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Moss v. Commonwealth

Supreme Court of Kentucky

November 2, 2017



          COUNSEL FOR APPELLANT: Erin Hoffman Yang Assistant Public Advocate.

          COUNSEL FOR APPELLEE: Andy Beshear Attorney General of Kentucky Jason Bradley Moore Assistant Attorney General.



         Appellant, Daniel Lee Moss, appeals from a decision of the Court of Appeals which affirmed the judgment of the Simpson Circuit Court convicting him of manslaughter in the second degree and tampering with physical evidence.[1] We granted discretionary review to address Appellant's claims that the trial court erred by: 1) allowing the prosecutor to use his silence as an adoptive admission of guilt, and to expressly portray it as such in the Commonwealth's opening statement and closing argument; and 2) allowing his pre-arrest silence to be used as substantive evidence of his guilt and to rebut his anticipated testimony. For the reasons stated below, we affirm the Court of Appeals' decision, but we do so on different grounds.


         Shawn Thompson was shot and killed while he and Sarah Sanders were visiting the Simpson County residence of Appellant and Christina Layle. Appellant informed the 911 operator that he had been attacked in his home and had to shoot his assailant (Thompson). Officers from the Simpson County Sheriffs office responded quickly. Deputy Jones arrived first to find Thompson lying face up on the porch with his head at the bottom of the front steps. Sanders was kneeling over Thompson, hugging him and screaming.

         Deputy Johnson arrived next on the scene. In order to calm what was described as a chaotic scene, the officers took Appellant, Layle, and Sanders into the residence and seated them in the living room. As they did so, Deputy Jones conversed with them. Appellant was explaining to Jones what had happened when Sanders screamed, "You shot him in the back for no reason." Appellant made ho reply; he remained seated with his hands partially covering his face and mouth. Deputy Johnson took Sanders to a patrol car to separate her from the others at the scene.

         Detective Lawson then arrived on the scene and began questioning Appellant about the shooting. Appellant later went voluntarily with officers to the sheriffs office where he made a more formal statement.

         Appellant was indicted for the murder of Shawn Thompson and for tampering with physical evidence.[2] At trial, the jury found him guilty of tampering with evidence, but acquitted him of murder and instead convicted him of the lesser charge of second-degree manslaughter based upon an imperfect self-defense theory: Appellant had an actual but mistaken and wantonly-formed belief that he had to shoot Thompson in order to protect himself (or others) from harm threatened by Thompson. Appellant's sentence was fixed at the maximum term of imprisonment for each crime: 10 years for second-degree manslaughter and five years for tampering with evidence, to be served consecutively.

         The Court of Appeals agreed with the Commonwealth that Sanders' accusatory statement along with Appellant's failure to deny it, qualified for introduction into evidence under KRE 801A(b)(2) as an adoptive admission, or as it is sometimes called, an admission by silence. Correspondingly, the Court of Appeals rejected Appellant's argument that he was improperly prejudiced by the Commonwealth's repeated characterization of Sanders' statement as an adoptive admission. The Court of Appeals also rejected Appellant's claim that a manifest injustice resulted from the Commonwealth's reference to Appellant's pre-arrest silence.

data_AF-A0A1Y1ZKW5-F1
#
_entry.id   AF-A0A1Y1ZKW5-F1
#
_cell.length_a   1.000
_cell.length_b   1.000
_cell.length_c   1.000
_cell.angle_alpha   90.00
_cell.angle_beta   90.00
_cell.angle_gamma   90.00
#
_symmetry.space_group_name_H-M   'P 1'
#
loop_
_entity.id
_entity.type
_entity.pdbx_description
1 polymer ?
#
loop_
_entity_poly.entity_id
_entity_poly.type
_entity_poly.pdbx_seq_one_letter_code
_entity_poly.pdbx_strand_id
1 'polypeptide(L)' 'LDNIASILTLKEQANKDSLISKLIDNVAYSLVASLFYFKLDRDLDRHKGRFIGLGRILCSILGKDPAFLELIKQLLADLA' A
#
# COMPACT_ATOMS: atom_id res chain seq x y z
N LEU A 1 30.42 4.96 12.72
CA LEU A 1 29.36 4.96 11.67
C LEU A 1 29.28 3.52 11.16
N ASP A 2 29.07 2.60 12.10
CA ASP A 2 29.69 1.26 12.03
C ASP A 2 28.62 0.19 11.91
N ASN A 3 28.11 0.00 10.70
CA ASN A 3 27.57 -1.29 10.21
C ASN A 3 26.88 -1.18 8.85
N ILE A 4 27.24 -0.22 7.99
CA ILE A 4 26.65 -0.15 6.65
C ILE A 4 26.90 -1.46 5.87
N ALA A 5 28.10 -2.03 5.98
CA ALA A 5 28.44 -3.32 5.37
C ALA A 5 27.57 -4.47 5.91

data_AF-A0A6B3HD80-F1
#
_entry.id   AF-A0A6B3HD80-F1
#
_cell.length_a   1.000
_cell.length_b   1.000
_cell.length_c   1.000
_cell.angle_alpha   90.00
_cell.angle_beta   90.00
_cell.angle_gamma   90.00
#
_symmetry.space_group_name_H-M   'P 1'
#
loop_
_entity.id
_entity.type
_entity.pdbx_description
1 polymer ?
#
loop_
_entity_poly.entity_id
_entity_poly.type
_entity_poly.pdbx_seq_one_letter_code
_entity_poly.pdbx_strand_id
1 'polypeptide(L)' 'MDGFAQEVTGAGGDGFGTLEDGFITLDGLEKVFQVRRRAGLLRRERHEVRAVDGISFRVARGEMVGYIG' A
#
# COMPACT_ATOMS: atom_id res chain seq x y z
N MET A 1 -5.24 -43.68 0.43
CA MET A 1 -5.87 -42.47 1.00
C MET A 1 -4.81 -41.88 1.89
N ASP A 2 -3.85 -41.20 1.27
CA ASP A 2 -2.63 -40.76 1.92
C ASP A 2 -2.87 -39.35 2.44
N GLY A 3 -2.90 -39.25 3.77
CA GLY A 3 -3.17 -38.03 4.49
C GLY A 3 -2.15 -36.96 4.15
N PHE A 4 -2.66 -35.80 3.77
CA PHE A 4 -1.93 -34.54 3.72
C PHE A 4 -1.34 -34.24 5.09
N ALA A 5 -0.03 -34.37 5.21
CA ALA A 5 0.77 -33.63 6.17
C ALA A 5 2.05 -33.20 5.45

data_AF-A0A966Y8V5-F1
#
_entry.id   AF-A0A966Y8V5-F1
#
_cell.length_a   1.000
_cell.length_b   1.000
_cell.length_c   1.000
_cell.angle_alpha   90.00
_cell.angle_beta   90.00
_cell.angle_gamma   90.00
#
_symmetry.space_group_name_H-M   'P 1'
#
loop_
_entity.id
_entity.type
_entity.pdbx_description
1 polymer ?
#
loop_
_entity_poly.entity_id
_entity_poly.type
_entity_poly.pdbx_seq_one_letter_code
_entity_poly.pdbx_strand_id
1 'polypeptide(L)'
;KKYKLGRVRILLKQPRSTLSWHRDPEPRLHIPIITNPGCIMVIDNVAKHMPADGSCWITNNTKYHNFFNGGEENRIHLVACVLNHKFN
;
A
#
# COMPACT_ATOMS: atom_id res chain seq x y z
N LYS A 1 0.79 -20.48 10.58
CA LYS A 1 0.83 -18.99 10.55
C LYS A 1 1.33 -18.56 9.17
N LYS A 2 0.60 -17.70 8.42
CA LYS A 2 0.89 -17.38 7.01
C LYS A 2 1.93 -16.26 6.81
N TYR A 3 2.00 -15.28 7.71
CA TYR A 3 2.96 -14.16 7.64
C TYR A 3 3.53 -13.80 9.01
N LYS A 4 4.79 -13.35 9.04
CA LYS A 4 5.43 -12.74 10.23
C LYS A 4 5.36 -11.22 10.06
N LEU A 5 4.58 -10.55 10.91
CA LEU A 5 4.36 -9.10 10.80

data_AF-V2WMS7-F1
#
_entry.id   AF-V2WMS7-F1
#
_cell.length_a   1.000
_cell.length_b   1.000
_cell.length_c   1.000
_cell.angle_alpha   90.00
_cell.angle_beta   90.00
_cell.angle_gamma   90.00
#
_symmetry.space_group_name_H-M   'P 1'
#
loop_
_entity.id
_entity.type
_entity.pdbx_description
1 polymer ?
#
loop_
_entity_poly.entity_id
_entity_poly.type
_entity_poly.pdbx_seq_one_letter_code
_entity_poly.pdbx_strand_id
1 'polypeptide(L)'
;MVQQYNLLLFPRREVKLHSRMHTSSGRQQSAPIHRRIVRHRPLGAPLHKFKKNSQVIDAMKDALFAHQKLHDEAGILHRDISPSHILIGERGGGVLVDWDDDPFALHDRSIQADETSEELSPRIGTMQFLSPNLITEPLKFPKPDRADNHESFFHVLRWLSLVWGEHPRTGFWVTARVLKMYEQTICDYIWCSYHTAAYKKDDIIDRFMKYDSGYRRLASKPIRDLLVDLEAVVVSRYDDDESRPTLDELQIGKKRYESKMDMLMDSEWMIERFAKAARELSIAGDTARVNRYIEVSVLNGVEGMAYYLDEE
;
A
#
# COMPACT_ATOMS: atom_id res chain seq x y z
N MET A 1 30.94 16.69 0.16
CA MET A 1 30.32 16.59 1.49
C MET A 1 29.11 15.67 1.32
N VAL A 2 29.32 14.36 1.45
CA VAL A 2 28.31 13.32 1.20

II. ANALYSIS

         A. Appellant's silence in the face of Sanders' accusation was not an adoptive admission under KRE 801A(b)(2).

         Appellant argues that the trial court and the Court of Appeals erred in their respective applications of KRE 801A(b)(2) leading those tribunals to the erroneous conclusion that Sanders' accusation that Appellant "shot [Thompson] in the back for no reason, " coupled with Appellant's failure to respond, were admissible as Appellant's admission that Sanders' statement was true. Appellant preserved the issue for appellate review with an appropriate objection during the trial. Upon review, we agree with Appellant that the fundamental requirements for the application of KRE 801A(b)(2) were not present here. But, we further conclude that the error was harmless.

         At trial, Deputy Jones, Deputy Johnson, Sanders, and Appellant all testified to the circumstances surrounding Sanders' accusation. Deputy Johnson testified first. He testified that after he arrived on the scene, Appellant, Layle, and Sanders were taken into the residence. Johnson said he listened as Deputy Jones talked to them. Sanders, seated in close proximity to Appellant, loudly exclaimed, "You shot him in the back for no reason." Johnson testified that Appellant's hands partially covered his face and mouth and he said nothing.

         Deputy Jones testified that the scene was chaotic when he arrived, with Sanders screaming and yelling. To get control of the situation and determine what happened, Sanders, Layle, and Appellant were taken inside and seated in the living room. Jones testified that Sanders shouted out, "You shot him in the back for no reason, " but he could not say to whom she directed her accusation. Jones confirmed that Appellant sat there holding his head in his hands and did not reply.

         Sanders testified that when the officers took her and the other witnesses into the house, Appellant began explaining his version of the events. Sanders said she got "so worked up from everything, [and] immediately started telling what had happened." She did not specifically testify about ...

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